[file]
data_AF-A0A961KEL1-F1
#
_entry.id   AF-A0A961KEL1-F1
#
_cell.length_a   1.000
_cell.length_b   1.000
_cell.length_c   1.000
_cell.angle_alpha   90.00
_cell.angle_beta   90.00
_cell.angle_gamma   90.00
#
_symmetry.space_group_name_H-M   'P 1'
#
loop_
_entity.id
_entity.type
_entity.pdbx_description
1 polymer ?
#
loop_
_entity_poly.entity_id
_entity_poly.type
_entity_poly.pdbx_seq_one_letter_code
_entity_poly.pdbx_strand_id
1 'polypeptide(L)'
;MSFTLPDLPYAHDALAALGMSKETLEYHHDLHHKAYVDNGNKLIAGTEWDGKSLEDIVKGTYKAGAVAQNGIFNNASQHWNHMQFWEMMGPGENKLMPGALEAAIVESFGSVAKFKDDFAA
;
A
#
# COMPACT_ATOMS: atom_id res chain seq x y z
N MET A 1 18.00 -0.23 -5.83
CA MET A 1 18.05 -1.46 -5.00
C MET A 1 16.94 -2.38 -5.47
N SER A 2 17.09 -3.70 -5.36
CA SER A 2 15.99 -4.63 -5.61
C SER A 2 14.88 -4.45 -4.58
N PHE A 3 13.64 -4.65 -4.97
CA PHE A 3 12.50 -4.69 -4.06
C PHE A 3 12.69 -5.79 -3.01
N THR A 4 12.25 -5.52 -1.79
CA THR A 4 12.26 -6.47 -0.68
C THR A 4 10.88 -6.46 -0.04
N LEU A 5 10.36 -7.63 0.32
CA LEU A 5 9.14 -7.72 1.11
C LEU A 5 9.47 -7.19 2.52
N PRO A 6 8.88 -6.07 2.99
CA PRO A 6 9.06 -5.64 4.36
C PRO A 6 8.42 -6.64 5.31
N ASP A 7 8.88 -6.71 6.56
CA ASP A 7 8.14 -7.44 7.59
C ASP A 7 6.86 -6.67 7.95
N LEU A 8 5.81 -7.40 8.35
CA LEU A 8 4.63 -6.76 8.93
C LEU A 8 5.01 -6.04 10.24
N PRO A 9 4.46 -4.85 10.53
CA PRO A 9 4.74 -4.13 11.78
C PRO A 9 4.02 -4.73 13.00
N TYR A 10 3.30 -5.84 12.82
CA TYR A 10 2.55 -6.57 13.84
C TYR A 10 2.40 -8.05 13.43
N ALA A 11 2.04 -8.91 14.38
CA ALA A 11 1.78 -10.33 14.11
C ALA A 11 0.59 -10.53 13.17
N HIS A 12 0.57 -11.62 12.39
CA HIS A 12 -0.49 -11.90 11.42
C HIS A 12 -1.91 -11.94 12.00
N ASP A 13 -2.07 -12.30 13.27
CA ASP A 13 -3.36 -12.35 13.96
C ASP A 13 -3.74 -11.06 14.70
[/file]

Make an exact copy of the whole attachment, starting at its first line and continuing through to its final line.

data_AF-A0A961KEL1-F1
#
_entry.id   AF-A0A961KEL1-F1
#
_cell.length_a   1.000
_cell.length_b   1.000
_cell.length_c   1.000
_cell.angle_alpha   90.00
_cell.angle_beta   90.00
_cell.angle_gamma   90.00
#
_symmetry.space_group_name_H-M   'P 1'
#
loop_
_entity.id
_entity.type
_entity.pdbx_description
1 polymer ?
#
loop_
_entity_poly.entity_id
_entity_poly.type
_entity_poly.pdbx_seq_one_letter_code
_entity_poly.pdbx_strand_id
1 'polypeptide(L)'
;MSFTLPDLPYAHDALAALGMSKETLEYHHDLHHKAYVDNGNKLIAGTEWDGKSLEDIVKGTYKAGAVAQNGIFNNASQHWNHMQFWEMMGPGENKLMPGALEAAIVESFGSVAKFKDDFAA
;
A
#
# COMPACT_ATOMS: atom_id res chain seq x y z
N MET A 1 18.00 -0.23 -5.83
CA MET A 1 18.05 -1.46 -5.00
C MET A 1 16.94 -2.38 -5.47
N SER A 2 17.09 -3.70 -5.36
CA SER A 2 15.99 -4.63 -5.61
C SER A 2 14.88 -4.45 -4.58
N PHE A 3 13.64 -4.65 -4.97
CA PHE A 3 12.50 -4.69 -4.06
C PHE A 3 12.69 -5.79 -3.01
N THR A 4 12.25 -5.52 -1.79
CA THR A 4 12.26 -6.47 -0.68
C THR A 4 10.88 -6.46 -0.04
N LEU A 5 10.36 -7.63 0.32
CA LEU A 5 9.14 -7.72 1.11
C LEU A 5 9.47 -7.19 2.52
N PRO A 6 8.88 -6.07 2.99
CA PRO A 6 9.06 -5.64 4.36
C PRO A 6 8.42 -6.64 5.31
N ASP A 7 8.88 -6.71 6.56
CA ASP A 7 8.14 -7.44 7.59
C ASP A 7 6.86 -6.67 7.95
N LEU A 8 5.81 -7.40 8.35
CA LEU A 8 4.63 -6.76 8.93
C LEU A 8 5.01 -6.04 10.24
N PRO A 9 4.46 -4.85 10.53
CA PRO A 9 4.74 -4.13 11.78
C PRO A 9 4.02 -4.73 13.00
N TYR A 10 3.30 -5.84 12.82
CA TYR A 10 2.55 -6.57 13.84
C TYR A 10 2.40 -8.05 13.43
N ALA A 11 2.04 -8.91 14.38
CA ALA A 11 1.78 -10.33 14.11
C ALA A 11 0.59 -10.53 13.17
N HIS A 12 0.57 -11.62 12.39
CA HIS A 12 -0.49 -11.90 11.42
C HIS A 12 -1.91 -11.94 12.00
N ASP A 13 -2.07 -12.30 13.27
CA ASP A 13 -3.36 -12.35 13.96
C ASP A 13 -3.74 -11.06 14.70